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Interested in Using the NLSC


Interested in Using the NLSC?


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Languages Spoken by Our Members
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The foreign born population of the U.S. exceeds 33 million, and approximately 1-in-5 U.S. residents reported regularly speaking a foreign language at home. Because of this rich treasure of linguist diversity, the National Language Service Corps is constantly striving to expand the number of languages in its membership and attract the highest level of language proficiency from U.S. citizens to better meet the broad array of language requirements.

The NLSC requires all applicants to complete a self-assessment of their language skills as a prerequisite to membership. In general, the NLSC looks for at least a level three (professional-level proficiency) in listening, speaking and reading, according to the Interagency Language Roundtable (ILR) scale, but there are exceptions for languages less common in the United States. Those whose first language is not English must also rate at least a level three in English.

Before a Member can go on his/her first assignment, s/he must take a formal test in the target language and achieve an acceptable score. This ensures the Member meets the language requirements established for that particular assignment based on Client agency needs and is qualified to serve in a language capacity for the task they have been selected to support.

Our membership currently offers the following languages, based on self-assessments. Language names are based on the ISO 639-3 list of standardized language names. The NLSC membership and languages continue to grow.

Become a National Language Service Corps Client

The National Language Service Corps (NLSC) may be able to support your language requirements by augmenting your existing language capabilities. The NLSC can support unexpected and/or urgent needs for U.S. federal agencies.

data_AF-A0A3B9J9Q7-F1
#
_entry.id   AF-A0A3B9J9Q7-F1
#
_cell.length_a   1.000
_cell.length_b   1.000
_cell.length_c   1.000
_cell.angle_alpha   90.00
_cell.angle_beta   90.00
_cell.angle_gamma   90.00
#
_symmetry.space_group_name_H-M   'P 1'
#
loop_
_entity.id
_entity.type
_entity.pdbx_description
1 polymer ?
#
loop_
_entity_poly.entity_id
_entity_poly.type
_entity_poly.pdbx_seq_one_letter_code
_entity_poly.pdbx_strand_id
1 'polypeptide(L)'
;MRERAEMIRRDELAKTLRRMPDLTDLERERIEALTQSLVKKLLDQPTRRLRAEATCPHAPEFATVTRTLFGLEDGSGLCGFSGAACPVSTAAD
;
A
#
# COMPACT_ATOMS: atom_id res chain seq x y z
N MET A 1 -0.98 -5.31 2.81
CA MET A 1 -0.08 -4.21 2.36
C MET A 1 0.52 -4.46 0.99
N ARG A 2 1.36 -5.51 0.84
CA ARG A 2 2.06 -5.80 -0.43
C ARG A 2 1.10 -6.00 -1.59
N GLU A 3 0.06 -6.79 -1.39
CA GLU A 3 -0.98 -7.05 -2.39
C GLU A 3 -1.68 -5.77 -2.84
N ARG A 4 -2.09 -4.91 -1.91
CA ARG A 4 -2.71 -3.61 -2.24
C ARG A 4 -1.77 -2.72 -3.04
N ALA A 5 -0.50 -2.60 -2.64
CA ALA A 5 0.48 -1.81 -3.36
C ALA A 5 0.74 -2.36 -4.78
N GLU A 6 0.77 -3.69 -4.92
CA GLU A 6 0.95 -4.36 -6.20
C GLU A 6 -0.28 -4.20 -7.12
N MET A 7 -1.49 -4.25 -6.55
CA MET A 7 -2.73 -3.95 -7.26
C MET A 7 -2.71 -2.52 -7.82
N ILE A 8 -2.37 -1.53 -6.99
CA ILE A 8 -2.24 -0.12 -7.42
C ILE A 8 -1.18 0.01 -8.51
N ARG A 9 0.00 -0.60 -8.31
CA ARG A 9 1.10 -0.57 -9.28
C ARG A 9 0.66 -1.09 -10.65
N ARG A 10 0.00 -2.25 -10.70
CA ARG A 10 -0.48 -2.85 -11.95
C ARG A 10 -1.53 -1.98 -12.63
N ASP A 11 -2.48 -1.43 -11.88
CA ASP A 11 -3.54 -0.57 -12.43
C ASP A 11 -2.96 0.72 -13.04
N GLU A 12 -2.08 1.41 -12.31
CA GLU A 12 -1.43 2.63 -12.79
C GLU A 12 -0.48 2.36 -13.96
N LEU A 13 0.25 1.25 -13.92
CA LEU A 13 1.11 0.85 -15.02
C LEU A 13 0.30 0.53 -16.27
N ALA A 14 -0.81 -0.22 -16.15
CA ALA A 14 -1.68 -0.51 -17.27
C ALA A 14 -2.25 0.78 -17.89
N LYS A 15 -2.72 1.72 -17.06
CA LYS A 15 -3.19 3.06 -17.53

The NLSC may be your solution to filling gaps or surge requirements for you agency, especially when it is not feasible to have full-time staff member.

What We Can Do for You

The NLSC’s highly proficient Members fulfill unplanned temporary needs in multiple languages. Serving locally or overseas, NLSC Members are available wherever they are needed. Such scenarios include:

  • Unfunded staff requirements for language needs that arise only occasionally and with brief durations, where keeping a linguist on-staff is not cost-effective
  • Low-density language requirements that cannot be met through conventional means
  • Filling short-notice and emergent language requirements that otherwise cannot be met

NLSC Members are also available for longer-term projects as long as their assignment does not exceed 130 working days or 1040 hours in one a 1 year period.

Members have:

  • Assisted the Centers for Disease Control and Prevention (CDC) with non-English web pages and cultural consultation
  • “Gisted” audio tapes into English for the National Virtual Translation Center (NVTC)
  • Served on board U.S. Coast Guard Cutter FORWARD for six weeks in support of African Maritime’s Law Enforcement Partnership (AMLEP)
  • Translated a 200 page unclassified Arabic booklet for the U.S. Central Command (CENTCOM)